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The Use of Aluminium Alloys on Motor

2nd October 1928, Page 19
2nd October 1928
Page 19
Page 19, 2nd October 1928 — The Use of Aluminium Alloys on Motor
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SOME interesting comments upon the employment of aluminium alloys on motor vehicles were contained in a paper read recently before the Society of Automotive Engineers by a member of the research bureau of the Aluminium Co., of America.

Dealing with pistons, he pointed out that the advantages of pistonsof this material, such as lightness and high thermal conductivity, are well recognized. Lightness in particular results in the reduction of both vibration and bearing pressure; the former increases in importance the less perfectly the engine he balanced, whilst the lowering of bearing pressure becomes of greater import as engine speeds are raised. High thermal conductivity increases the allowable compression ratio, whilst Tess earbon is deposited on the piston head, reducing pre-ignition and resulting in cleaner and cooler oil and cooler bearings.

Difficulties with Aluminium Pistons.

• The 'chief obstacle to the employment of aluminium pistons has been the high coefficient of thermal expansion, this being about twice the figure for castiron, and the increased clearance usually necessary may result in piston slap when the engine is cold. Many schemes have been devised to compensate for this greater expansion and few have been commercially successful and have played an important part in the rapidly increasing employment of pistons made of this material.

The first design which. brought the aluminium-alloy piston into prominence is the split-skirt, in which the bevies faces are separatedfrom the head by horizontal slits, thiis preventing a direct flow of heat from the head to the skirt

and maintaining a lower skirt tempera

ttize. Up the centre of one of the bearing faces runs a vertical slot which allows the wall of the piston to deflect slightly after expansion beyond that sufficient to reach the size of the cylinder bore. This obviates the possibility of seizure and the clearance provided is usually about the same as with castiron.

Developing the Invar Strut.

To meet the demand for still closer clearances, the insert piston has been developed. It is similar to the splitskirt type in most of its essential features, but the connection from the gudgeon-pin bosses to the edges of the bearing faces, instead of being by aluminium ribs, is by steel inserts cast into the bosses and into the edges of the bearing faceS. These inserts carry the thrust loads of the piston against the cylinder wall and control the expansion caused by heat. Most of the inserts are made from Inver steel, containing about 33 per cent, of nickel and giving a co-efficient of expansion much lower than that of ordinary steel. They are a little heavier and more costly to produce than the all-aluminium pattern.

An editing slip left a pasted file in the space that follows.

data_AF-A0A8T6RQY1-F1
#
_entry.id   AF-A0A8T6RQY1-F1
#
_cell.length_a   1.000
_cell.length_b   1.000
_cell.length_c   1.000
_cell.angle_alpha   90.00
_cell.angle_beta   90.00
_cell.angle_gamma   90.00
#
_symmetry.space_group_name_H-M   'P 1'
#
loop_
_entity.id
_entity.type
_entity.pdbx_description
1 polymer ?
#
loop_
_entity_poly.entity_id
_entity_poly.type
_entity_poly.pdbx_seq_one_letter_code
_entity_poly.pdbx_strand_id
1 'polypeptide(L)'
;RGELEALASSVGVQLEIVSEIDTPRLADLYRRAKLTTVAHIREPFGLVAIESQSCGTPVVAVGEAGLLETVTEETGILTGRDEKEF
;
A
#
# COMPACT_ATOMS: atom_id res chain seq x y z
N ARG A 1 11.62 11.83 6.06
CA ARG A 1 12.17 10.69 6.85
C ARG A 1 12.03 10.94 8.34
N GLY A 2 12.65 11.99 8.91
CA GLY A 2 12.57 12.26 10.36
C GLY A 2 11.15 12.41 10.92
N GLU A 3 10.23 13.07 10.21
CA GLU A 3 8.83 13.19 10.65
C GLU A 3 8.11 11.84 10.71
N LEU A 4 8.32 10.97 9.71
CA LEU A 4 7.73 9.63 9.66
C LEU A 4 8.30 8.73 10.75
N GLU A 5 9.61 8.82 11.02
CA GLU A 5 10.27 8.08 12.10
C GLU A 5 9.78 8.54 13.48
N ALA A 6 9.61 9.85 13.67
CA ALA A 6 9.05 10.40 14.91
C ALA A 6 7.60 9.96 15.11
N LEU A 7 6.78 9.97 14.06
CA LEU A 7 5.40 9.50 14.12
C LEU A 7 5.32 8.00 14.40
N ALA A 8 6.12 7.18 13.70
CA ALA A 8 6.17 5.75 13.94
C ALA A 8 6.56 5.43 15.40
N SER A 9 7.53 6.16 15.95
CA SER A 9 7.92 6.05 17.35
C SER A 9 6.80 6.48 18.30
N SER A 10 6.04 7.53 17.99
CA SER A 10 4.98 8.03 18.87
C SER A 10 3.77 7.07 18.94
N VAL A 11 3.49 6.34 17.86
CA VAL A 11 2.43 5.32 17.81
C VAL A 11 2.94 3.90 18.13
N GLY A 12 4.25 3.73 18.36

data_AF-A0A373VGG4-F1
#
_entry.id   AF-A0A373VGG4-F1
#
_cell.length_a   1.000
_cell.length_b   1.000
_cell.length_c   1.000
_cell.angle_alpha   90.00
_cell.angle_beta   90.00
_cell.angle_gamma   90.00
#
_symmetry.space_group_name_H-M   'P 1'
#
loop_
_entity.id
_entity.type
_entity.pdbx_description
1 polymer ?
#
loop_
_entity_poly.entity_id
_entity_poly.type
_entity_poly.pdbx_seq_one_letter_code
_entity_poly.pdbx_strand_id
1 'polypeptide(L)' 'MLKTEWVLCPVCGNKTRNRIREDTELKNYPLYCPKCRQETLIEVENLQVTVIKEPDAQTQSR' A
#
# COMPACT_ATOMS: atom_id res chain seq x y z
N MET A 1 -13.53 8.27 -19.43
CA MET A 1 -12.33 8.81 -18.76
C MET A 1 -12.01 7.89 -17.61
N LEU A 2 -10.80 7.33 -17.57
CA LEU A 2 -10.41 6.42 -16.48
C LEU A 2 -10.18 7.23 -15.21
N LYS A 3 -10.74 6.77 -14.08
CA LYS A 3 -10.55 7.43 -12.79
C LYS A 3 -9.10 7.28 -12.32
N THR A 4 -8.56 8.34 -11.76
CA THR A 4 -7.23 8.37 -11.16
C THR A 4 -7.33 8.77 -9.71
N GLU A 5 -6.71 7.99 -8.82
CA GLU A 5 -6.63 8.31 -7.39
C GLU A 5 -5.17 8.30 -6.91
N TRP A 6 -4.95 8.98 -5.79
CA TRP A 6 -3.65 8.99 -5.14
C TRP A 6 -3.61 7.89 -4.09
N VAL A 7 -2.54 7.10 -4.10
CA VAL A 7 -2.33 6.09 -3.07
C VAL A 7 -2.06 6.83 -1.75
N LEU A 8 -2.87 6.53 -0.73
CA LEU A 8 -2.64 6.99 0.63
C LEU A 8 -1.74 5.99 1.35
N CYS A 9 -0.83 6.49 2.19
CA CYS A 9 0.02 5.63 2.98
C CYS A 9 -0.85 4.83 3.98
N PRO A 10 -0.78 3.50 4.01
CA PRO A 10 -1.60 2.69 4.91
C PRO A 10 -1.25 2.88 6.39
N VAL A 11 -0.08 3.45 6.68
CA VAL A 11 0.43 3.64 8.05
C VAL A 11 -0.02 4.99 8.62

Next to expansion, the difficulty in connection with aluminium pistons has probably been that of wear. This wear sometimes takes the form of what is known as -" scuffing." a trouble due to failure of lubrication, _the worst condition being found in engines using a full-pressure system and having an oil pump located too high. In these, when the engine is started from cold, pistons and cylinders may receive no fresh oil for a matter of minutes. The remedy is to provide means for taking the fresh oil to the cylinder walls so soon as the

engine is started. It must be remembered that, with good lubrication, she. rainium shows practically no wear against cast-iron, but unsatisfactory lubrication makes aluminium more subject to wear than the other metal.

There have been important improvements, however, in the hardening of aluminium pistons; most of them are now heat-treated, which improves the resistance to wear on the skirt and to hammering in the piston-ring grooves and the gudgeon-pin bosses. Only a few years ago pistons having a BriqeII hardness as low as 70 were commonly employed ; now a minimunt hardness of -125 is commercially obtainable. For connecting rods where high stresses arc encountered, drop forgiugs of aluminium alloy, providing a tensile strength of about 60,000 lb. per sq. in., are sometimes .utilized, -Well-designed rods of this material give a saving in 'weight of 40-50 per cent, over corresponding rods in steel. The common practice is to run white-metal direct into the bigentls, although inserted bearings have also been used. . Mu minions not accept the whitemetal readily, but it can easily be made to do so IsSr first tinning the aluminium, using a wire scratch brush, to break through the film of Rimini= oxide.

Where Aluminium's Expansion is Beneficial.

There is one application of aluminium in which advantage -can be taken of its high coefficient of expansion. In -brakes of the internal-expanding pattern the heating of the drums tends to cause them to draw away from the shoes, but with aluminium shoes their expansion tends to neutralize this


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